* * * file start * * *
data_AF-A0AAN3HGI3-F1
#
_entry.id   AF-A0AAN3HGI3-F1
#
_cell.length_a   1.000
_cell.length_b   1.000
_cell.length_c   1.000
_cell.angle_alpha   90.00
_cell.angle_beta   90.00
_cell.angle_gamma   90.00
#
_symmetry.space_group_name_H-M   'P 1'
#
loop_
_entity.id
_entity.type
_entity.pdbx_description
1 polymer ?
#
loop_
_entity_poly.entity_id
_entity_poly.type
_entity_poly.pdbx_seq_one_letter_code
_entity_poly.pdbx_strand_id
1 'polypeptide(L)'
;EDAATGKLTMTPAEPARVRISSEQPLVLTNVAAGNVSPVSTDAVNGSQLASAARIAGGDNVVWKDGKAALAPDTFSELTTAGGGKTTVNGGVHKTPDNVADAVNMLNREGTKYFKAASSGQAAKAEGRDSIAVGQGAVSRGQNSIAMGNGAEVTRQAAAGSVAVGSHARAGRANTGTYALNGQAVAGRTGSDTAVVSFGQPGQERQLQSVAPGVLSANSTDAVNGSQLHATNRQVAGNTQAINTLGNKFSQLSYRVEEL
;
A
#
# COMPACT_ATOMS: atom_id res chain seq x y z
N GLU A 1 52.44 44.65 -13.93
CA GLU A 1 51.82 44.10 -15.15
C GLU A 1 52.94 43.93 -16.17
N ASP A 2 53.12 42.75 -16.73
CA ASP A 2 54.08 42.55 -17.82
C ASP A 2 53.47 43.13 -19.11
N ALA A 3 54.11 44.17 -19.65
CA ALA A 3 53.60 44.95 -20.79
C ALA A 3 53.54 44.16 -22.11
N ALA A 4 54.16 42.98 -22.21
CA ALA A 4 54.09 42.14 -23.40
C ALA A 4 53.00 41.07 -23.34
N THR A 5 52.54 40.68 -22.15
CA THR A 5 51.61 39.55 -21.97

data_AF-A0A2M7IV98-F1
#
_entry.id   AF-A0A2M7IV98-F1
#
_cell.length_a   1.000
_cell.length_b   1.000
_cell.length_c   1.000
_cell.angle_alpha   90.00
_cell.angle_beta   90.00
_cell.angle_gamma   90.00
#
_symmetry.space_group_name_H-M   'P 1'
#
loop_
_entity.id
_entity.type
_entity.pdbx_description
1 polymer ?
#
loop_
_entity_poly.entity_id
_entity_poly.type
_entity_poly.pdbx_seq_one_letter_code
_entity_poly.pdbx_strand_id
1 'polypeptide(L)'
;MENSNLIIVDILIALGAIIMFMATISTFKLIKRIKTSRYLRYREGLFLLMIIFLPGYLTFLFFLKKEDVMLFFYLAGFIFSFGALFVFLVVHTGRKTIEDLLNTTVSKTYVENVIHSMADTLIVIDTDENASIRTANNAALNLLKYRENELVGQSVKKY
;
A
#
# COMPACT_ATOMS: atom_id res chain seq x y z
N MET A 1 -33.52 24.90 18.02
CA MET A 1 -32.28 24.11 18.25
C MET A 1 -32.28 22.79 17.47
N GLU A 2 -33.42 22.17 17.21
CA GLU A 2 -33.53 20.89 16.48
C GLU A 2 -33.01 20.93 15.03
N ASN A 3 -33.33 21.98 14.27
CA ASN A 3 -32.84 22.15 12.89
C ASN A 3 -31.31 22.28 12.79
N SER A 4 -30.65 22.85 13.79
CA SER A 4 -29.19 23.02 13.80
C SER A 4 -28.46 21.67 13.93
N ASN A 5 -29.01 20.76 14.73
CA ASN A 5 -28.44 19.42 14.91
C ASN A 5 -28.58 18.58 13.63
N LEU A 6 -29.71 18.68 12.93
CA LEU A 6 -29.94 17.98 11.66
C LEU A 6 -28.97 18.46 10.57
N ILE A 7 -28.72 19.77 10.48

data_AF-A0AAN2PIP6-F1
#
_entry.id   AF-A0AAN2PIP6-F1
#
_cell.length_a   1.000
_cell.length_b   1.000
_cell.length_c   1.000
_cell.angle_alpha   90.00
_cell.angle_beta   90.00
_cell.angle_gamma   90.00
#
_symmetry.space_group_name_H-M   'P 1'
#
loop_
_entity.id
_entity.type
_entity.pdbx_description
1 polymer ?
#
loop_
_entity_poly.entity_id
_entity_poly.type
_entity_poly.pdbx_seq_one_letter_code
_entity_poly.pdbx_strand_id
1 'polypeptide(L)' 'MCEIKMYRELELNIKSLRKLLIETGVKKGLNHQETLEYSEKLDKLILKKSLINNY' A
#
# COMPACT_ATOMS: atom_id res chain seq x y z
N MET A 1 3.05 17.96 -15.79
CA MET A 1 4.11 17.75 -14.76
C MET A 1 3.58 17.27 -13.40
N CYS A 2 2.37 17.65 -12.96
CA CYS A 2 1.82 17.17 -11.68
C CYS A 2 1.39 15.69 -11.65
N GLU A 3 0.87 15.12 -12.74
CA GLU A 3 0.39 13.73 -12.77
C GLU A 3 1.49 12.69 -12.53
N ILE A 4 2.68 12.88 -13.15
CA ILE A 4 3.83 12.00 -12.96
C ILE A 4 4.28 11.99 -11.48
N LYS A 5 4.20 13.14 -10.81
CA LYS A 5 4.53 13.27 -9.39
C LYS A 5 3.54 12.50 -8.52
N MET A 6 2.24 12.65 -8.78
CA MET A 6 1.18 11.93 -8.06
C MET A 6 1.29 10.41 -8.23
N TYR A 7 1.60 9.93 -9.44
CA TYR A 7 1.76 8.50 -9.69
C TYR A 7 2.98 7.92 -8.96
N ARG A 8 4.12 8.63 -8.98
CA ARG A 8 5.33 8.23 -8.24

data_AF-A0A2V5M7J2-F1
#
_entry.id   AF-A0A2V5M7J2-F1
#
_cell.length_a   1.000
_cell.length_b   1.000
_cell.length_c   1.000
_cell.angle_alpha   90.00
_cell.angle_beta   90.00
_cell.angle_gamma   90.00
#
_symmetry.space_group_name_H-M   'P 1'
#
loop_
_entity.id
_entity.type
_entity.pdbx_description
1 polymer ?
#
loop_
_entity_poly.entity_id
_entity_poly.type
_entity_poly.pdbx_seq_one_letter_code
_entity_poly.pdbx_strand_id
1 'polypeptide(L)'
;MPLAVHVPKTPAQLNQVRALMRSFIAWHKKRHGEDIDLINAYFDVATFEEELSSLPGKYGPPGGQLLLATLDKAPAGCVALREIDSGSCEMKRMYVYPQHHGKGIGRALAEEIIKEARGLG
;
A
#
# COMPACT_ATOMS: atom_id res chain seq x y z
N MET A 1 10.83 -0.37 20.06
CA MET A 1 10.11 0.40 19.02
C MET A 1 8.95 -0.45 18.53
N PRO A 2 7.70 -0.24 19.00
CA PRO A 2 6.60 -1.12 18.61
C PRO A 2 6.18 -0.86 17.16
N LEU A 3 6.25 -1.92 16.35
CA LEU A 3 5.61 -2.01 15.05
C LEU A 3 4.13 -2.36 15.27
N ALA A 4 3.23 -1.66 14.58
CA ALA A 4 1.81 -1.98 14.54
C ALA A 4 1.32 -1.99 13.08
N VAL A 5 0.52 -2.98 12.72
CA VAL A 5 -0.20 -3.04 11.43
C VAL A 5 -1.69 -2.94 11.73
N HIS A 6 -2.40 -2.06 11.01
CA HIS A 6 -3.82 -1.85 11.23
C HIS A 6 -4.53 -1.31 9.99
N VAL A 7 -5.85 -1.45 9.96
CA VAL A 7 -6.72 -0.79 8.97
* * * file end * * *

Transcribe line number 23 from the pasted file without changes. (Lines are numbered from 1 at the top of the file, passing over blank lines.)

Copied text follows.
_entity_poly.pdbx_seq_one_letter_code